On March 24, 2022, Washington’s Silenced No More Act (formally known as Engrossed Substitute House Bill 1795) was signed into law by Governor Jay Inslee. As a result, Washington has become the second state to declare certain nondisclosure and nondisparagement provisions in employment and independent contractor agreements illegal. California passed its own version of the Silenced No More Act last year.
The Washington Silenced No More Act is scheduled to take effect on June 9, 2022. Once enacted, the law will effectively bar Washington employers from using nondisclosure and nondisparagement provisions – including those contained in employment agreements, independent contractor agreements, agreements to pay compensation in exchange for the release of a legal claim, or any other agreement between an employer and a current, former or prospective employee or independent contractor – to prevent such workers from disclosing certain violations of law. Specifically, the Act makes void and unenforceable any “provision in an agreement by an employer and an employee not to disclose or discuss conduct, or the existence of a settlement involving conduct, that the employee reasonably believed under Washington state, federal, or common law to be illegal discrimination, illegal harassment, illegal retaliation, a wage and hour violation, or sexual assault, or that is recognized as against a clear mandate of public policy,” where the conduct occurred “at the workplace, at work-related events coordinated by or through the employer, between employees, or between an employer and an employee, whether on or off the employment premises.” In effect, blanket NDAs and nondisparagement clauses which fail to carve out such unlawful acts in the workplace will be void, no matter when they were signed. Click HERE for the full text of the Act.
Importantly, Washington employers will violate the Silenced No More Act by requiring or even just requesting that an employee enter into any such agreement provision. Employers who discharge or otherwise discriminate or retaliate against an employee for disclosing or discussing conduct that is recognized as illegal under state, federal, or common law, or that is recognized as against a clear mandate of public policy will also be in violation of the Act. Additionally, the Act prohibits employers from attempting to enforce a provision of any agreement prohibited by the law, whether through a lawsuit, a threat to enforce, or any other attempt to influence a party to comply with a provision in any agreement that is prohibited by the law. Employers who violate the Act will face a potential $10,000 fine or actual damages.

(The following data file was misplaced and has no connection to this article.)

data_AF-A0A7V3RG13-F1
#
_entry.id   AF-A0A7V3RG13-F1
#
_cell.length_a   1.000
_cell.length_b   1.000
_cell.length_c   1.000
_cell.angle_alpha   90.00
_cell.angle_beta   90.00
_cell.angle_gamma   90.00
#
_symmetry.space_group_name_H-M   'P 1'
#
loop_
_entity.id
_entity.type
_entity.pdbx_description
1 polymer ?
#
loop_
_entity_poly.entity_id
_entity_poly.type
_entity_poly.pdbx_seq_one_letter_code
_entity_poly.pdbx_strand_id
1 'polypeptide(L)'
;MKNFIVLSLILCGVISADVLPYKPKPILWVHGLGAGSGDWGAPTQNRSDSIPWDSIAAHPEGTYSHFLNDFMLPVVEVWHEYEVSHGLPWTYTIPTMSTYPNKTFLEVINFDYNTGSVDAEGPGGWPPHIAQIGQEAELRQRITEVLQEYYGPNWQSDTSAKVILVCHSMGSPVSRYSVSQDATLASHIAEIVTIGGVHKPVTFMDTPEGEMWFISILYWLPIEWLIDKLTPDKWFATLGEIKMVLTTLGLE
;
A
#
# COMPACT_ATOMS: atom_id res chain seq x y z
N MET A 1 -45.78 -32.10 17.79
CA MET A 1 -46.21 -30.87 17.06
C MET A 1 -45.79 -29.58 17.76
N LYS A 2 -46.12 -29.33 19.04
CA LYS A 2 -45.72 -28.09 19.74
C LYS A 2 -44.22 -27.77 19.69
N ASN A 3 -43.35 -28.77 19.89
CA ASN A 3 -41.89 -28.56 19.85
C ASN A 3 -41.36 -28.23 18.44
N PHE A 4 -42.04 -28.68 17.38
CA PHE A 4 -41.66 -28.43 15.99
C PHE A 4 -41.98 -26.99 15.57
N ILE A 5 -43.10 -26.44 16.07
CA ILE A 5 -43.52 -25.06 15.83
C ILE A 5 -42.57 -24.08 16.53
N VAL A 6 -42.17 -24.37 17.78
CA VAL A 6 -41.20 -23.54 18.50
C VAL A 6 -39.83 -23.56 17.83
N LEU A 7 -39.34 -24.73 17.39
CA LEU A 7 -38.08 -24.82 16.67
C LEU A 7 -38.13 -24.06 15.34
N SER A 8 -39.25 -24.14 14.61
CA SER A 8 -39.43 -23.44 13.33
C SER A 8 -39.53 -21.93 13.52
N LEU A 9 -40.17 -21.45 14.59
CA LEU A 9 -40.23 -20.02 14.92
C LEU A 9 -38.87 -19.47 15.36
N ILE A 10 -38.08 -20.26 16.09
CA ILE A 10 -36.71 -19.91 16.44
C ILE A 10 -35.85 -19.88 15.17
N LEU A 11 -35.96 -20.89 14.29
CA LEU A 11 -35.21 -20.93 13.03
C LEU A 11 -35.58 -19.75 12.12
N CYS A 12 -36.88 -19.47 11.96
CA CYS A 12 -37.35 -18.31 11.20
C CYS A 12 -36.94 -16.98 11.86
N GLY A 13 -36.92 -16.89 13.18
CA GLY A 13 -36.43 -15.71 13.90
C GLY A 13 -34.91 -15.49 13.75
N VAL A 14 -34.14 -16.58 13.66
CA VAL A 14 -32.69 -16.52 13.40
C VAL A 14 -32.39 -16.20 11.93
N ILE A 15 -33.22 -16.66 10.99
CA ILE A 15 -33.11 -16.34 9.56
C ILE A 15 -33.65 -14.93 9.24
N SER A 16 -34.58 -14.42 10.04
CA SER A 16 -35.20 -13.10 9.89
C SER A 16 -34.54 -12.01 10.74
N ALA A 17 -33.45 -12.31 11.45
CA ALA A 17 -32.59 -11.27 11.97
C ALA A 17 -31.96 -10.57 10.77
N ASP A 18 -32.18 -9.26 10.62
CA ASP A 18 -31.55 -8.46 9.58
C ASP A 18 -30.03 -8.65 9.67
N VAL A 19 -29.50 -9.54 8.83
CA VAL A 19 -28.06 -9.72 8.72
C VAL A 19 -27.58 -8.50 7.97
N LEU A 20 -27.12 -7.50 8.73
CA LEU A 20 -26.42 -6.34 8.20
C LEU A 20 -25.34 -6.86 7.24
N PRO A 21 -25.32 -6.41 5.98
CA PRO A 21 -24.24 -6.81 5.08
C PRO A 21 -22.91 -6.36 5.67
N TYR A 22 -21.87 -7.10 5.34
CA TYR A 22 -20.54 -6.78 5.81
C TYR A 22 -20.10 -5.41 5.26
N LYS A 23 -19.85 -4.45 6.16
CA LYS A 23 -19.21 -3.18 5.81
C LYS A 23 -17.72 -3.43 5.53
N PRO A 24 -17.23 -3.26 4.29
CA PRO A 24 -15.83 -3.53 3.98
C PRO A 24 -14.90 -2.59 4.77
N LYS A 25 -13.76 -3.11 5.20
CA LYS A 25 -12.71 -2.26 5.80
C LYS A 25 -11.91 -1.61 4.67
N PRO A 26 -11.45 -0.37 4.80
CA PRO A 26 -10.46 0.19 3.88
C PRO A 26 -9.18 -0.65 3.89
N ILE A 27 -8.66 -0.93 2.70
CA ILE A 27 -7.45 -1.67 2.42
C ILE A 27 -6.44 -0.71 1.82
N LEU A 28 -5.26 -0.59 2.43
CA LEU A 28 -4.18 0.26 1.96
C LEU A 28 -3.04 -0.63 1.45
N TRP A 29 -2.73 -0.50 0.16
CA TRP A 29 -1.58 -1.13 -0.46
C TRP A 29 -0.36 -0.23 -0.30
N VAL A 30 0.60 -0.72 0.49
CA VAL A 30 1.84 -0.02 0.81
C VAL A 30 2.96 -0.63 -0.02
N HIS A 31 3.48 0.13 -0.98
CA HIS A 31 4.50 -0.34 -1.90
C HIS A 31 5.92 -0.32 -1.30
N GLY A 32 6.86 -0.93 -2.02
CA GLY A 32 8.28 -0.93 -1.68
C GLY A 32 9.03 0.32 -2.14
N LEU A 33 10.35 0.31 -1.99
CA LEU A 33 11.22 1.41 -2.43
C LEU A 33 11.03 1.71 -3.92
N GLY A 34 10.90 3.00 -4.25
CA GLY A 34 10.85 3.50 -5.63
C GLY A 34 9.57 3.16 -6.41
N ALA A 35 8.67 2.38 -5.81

Employers should also note that the Act has retroactive applicability for certain agreements. In particular, the Act will “invalidate nondisclosure or nondisparagement provisions in agreements created before the effective date” of the Act, that “were agreed to at the outset of employment or during the course of employment.” However, the Act’s retroactive application does not apply to nondisclosure or nondisparagement provisions contained in settlement agreements. Furthermore, the Act does not prohibit the enforcement of a provision in any agreement that prohibits the disclosure of the amount paid in settlement of a claim, nor does it prohibit an employer from protecting trade secrets, proprietary information, or confidential information that does not involve illegal acts. Accordingly, Washington employers may (and in many cases should) still require employees to sign confidentiality agreements that are strictly tailored to those interests, as long as they contain carve outs for unlawful acts in the workplace with respect to any nondisclosure or nondisparagement terms.
Prior to the Act’s enactment on June 9th, employers with workers in the state of Washington should examine and revise any violating nondisclosure and nondisparagement provisions in their existing employment, independent contractor and settlement template agreements to ensure that all future such agreements comply with the Act. Employers outside of Washington and California, while not currently subject to these rules, should watch for similar laws emerging in their respective jurisdictions as the trend of limiting NDAs catches on in more and more states.
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